I’m delighted to post this terrific information from Anne Koski, a personal trainer who takes issues with some of WTEWYE’s advice about exercise. Anne’s suggestions really make sense, and answered a lot of questions I’d had about exercise during pregnancy. Enjoy!
WTEWYE: “It appears that women who don’t get any exercise during pregnancy become less fit as the months pass by — mostly because they are becoming heavier and heavier.”
As if we need encouragement to stress out about our bodies’ miraculous yet less appreciated transformations of pregnancy, now it’s suggested that we’re losing fitness because of our pregnancy. Yes, it’s tough to haul around 15-40 pounds of excess body weight, but that doesn’t mean you’re less fit… Unless you’re also practicing less physical activity and exercise than you did pre-pregnancy.
In reality, our bodies need to be trained to comfortably carry additional weight, press through labor and delivery, and experience an efficient recovery thereafter. Doing so requires a sound cardiovascular and muscular system (among many other components). Remember, if you’re new to exercise and your provider says it’s okay to do so during pregnancy, it means that you have the go-ahead begin practicing moderate aerobic and muscular training on most days of the week. Here’s the ‘official’ advice from the American College of Obstetrics and Gynecology, http://www.acog.org/publications/patient_education/bp119.cfm
Weight Training. “This type of exercise can increase your muscle tone… but it is important to avoid heavy weights (over 25 pounds), or those that require grunting or breath holding… Use light weights with multiple repetitions instead.”
Ok…. No grunting allowed, ladies! Unfortunately this whole excerpt is a little vague when it needs to specific and the opposite when the latter is warranted. First, ‘muscle tone’ is a mythical term created by infomercial producers; what they should say is that you can gain muscular strength or endurance through regular resistance training.
Second, yes, it is important to avoid lifting heavy weights during pregnancy, but I know plenty of women (pregnant or not) who can do a squat while holding onto more than 25 pounds. Without explaining it, the authors are attempting to help you avoid injuring your joints, which have loosened due to the presence of the pregnancy hormone Relaxin. That said, “heavy”(weights) is a relative term: relative to the individual and to the muscle group used for the exercise.
There’s one excellent way to avoid going to the gym and possibly getting injured by lifting “heavy” weights or achieving zero training benefits from the excessively ‘light weights’ you are goaded into using. I suggest finding a personal trainer who is experienced and educated in training prenatal clients, even if you can only afford a few sessions. With their guidance you can discover the appropriate resistance for yourself and your muscles, so you’ll be able to get stronger safely.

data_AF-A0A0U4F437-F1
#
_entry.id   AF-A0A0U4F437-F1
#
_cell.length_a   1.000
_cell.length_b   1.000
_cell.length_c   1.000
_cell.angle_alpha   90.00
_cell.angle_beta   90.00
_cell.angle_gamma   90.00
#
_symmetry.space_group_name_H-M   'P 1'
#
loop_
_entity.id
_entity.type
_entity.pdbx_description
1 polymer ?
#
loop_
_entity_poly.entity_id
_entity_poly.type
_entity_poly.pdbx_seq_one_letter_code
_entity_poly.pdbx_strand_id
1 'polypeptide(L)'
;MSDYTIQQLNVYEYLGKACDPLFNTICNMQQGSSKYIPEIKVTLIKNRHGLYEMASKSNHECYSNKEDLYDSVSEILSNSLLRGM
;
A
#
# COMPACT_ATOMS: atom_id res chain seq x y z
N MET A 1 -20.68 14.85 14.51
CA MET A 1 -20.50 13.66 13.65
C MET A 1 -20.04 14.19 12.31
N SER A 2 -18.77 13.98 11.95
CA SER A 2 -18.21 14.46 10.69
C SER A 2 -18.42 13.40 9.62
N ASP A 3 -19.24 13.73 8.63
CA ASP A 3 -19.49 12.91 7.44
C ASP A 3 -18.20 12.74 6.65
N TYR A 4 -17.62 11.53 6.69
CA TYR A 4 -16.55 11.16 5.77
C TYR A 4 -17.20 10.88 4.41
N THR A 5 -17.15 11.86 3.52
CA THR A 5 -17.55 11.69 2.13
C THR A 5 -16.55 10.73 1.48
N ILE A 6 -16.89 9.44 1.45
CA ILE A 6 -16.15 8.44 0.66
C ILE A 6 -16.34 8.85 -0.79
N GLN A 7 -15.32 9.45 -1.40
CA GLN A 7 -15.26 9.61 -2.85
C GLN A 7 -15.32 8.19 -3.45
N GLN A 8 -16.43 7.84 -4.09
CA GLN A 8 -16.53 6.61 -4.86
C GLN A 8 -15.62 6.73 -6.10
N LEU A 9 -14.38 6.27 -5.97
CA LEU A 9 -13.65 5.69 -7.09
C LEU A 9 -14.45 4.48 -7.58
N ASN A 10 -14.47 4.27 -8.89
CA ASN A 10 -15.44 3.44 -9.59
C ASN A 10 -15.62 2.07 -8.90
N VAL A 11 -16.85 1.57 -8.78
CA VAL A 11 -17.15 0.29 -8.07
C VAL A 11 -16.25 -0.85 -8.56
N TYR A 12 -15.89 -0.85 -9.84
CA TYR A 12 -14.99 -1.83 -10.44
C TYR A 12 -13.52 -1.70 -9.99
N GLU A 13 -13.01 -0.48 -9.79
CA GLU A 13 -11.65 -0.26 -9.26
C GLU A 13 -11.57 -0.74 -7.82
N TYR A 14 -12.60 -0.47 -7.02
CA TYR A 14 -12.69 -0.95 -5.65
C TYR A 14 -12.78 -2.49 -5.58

“Work exercise into your schedule….Walk to work, if you can, or park your car or get off the bus or subway a mile or so from your job and walk the rest of the way. Pick a parking spot as far as possible from the market or department store. Or walk an older child to school instead of driving. Climb stairs instead of using elevators or escalators. Spend Saturday afternoon strolling in a favorite museum – you won’t even realize you’ve been walking for an hour or two. ”
The authors mistakenly did something I often overhear being done: they confused the definitions and purposes of exercise and physical activity. Both are important, as both have their own unique benefits. Physical activity counts as anything that gets your body moving, and is an important contributor to your ‘daily burn.’ Exercise is a planned activity, with the purpose of gaining health benefits and improving fitness.
So test yourself. Which activities above are physical activities and which can be considered exercise? Remember that if it’s exercise, it should improve fitness. To improve fitness, you must challenge your cardiovascular and/or muscular system. During pregnancy, the Society of Obstetricians and Gynecologists of Canada suggests exercising at an intensity between ‘fairly light’ and ‘hard’ on the perceived exertion scale. 1
The bottom line: WTEWYE is offering some pretty decent advice to women who are beginning an exercise program after pregnancy begins. Just don’t sell yourself short: yeah, we’re not re-living our moms’ pregnancy, not being allowed to carry our own groceries, but that doesn’t mean you can’t go out and take a brisk walk, and get your heart rate up, enjoy the feeling of your body moving through space. Feels good, doesn’t it!?
Anne Koski is a certified Personal Trainer and Baby Boot Camp Instructor in Portland, Oregon. She has fun running, playing, creating, and growing with her husband and almost two-year-old. Anne can be reached at firstname.lastname@example.org, and blogs at www.anneandpaul.blogspot.com
Joint SOGC/CSEP Clinical Practice Guideline. Exercise in Pregnancy and the Postpartum Period. Retrieved 03/27/10 from: http://www.sogc.org/guidelines/public/129E-JCPG-June2003.pdf